Old synagogue in Essen, Germany
Every year, Europe specialists, tour operators, agents and the media attend the European Travel Commission TransAtlantic Conference to learn about recent trends in the continent’s travel scene, and what the pros think the future holds. On a recent snowy morning, hundreds of Europhiles gathered at The Times Center in Manhattan to get the latest updates.
Jean-Philippe Pérol, chairman of the European Travel Commission, said that travel from America to Europe fell by 12 percent last year, but is on the rise again in new and improved ways. The commission, he continued, expects European travel to increase 3 to 4 percent over the next year, especially with three Capitals of Culture for visitors to explore (Essen in Germany, Istanbul in Turkey and Pecs in Hungary).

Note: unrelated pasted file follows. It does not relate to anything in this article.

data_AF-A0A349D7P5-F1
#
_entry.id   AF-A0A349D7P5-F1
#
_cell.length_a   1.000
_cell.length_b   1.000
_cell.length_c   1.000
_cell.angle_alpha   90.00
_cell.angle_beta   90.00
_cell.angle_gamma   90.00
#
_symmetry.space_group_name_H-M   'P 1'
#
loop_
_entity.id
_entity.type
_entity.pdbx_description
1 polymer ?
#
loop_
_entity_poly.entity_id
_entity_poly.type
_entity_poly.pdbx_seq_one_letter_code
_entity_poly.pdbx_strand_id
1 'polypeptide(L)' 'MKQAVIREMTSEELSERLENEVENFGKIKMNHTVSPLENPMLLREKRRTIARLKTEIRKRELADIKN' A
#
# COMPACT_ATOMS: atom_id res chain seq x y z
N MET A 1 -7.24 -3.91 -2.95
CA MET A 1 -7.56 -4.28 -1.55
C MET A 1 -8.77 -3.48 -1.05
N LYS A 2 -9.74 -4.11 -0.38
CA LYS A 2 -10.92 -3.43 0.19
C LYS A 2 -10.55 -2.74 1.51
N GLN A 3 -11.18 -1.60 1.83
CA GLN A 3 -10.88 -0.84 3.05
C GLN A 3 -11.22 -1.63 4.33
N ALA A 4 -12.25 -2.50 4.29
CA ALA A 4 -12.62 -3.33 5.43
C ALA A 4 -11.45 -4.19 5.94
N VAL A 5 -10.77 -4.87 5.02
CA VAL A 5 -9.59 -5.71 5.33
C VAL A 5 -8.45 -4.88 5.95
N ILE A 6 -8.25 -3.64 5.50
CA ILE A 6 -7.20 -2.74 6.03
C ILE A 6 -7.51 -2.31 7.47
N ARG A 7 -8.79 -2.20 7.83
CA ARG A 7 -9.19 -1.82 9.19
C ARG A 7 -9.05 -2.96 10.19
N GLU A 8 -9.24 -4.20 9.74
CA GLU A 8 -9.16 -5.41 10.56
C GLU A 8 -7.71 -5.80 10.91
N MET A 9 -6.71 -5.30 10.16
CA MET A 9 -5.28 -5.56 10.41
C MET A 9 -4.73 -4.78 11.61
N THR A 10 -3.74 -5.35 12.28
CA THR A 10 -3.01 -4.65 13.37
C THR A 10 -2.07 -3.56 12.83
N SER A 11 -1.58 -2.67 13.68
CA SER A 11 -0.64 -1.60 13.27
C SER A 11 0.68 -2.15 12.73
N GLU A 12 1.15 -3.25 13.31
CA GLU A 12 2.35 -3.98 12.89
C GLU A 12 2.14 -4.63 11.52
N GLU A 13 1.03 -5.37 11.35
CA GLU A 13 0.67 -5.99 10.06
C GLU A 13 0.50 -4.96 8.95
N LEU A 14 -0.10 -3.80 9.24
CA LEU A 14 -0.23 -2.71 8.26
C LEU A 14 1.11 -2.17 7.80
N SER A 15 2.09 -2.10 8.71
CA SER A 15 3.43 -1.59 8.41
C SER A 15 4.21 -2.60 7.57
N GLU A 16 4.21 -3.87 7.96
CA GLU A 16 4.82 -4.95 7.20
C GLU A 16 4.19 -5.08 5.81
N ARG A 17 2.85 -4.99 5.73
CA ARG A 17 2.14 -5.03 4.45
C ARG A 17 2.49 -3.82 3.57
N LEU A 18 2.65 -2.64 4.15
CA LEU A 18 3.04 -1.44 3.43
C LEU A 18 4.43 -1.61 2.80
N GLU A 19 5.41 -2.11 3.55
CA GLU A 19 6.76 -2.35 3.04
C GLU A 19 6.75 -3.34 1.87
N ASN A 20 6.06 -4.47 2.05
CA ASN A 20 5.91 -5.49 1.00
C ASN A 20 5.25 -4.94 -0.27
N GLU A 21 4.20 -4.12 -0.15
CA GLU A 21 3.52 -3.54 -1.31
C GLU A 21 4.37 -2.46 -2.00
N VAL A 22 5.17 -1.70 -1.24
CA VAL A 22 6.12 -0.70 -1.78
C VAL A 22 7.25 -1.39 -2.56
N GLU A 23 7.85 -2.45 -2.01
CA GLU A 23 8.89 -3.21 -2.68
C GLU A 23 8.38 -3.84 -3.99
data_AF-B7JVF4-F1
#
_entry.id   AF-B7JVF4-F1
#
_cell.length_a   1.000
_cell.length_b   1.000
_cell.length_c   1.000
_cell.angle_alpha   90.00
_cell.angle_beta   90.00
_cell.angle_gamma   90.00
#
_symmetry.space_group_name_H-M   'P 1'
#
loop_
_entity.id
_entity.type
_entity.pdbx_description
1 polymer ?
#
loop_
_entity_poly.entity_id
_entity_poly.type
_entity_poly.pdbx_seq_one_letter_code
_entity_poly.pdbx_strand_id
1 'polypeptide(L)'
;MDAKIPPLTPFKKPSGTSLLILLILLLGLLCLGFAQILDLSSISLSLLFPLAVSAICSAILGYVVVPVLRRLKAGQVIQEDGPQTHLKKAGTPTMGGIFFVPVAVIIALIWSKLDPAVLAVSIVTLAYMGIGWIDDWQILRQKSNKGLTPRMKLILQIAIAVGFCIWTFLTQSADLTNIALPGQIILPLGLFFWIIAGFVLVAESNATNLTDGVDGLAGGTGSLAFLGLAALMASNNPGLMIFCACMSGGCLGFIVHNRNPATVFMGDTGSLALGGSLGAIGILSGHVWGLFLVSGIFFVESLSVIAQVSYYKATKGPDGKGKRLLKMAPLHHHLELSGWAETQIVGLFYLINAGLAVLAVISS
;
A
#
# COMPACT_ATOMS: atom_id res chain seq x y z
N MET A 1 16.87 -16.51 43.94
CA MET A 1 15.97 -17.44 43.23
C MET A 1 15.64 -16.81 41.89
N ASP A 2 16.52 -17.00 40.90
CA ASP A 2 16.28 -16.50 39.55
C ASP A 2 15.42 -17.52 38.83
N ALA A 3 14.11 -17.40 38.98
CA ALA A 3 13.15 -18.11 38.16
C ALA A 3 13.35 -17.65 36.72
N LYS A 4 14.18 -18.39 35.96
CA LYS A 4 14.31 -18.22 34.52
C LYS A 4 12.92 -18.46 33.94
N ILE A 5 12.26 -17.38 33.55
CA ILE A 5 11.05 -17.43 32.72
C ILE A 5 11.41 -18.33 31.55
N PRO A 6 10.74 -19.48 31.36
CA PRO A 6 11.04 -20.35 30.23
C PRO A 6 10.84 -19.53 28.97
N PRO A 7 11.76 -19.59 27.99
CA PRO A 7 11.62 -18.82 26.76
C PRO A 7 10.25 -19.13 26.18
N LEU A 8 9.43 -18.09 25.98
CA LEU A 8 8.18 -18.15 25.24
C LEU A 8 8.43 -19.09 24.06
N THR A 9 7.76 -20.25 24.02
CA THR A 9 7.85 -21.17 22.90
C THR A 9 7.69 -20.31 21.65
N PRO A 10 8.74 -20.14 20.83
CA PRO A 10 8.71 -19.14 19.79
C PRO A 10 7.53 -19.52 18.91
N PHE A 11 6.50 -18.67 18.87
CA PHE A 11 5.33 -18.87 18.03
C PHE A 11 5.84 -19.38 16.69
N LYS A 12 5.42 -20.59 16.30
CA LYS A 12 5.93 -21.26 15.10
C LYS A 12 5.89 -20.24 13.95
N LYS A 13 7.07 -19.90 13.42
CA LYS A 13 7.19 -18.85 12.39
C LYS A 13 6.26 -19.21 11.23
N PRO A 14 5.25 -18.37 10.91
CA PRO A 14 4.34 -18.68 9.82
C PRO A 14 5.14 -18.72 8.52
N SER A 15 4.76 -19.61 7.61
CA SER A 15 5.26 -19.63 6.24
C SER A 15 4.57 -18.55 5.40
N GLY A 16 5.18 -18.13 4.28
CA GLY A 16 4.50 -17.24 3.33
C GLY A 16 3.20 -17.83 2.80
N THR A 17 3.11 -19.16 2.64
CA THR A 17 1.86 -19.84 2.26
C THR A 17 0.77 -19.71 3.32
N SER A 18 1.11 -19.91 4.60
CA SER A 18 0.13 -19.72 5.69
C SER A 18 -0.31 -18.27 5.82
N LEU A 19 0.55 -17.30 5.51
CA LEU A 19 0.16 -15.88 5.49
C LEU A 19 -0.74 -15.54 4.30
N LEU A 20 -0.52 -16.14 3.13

Recent notable trends include extended visits to the “sunny belt” in southern Europe, and an increase in wine-focused tours. Book- and movie-related tourism has also become a popular niche, Pérol noted, and travelers can go on tours retracing Julia Child’s culinary footsteps or visit famous sites from Sherlock Holmes’ stories. Responsible travel has grown from a trend to a niche, with Sweden, Austria and Romania especially focused on green tourism. “Business will be back,” Pérol said, “but business as unusual!”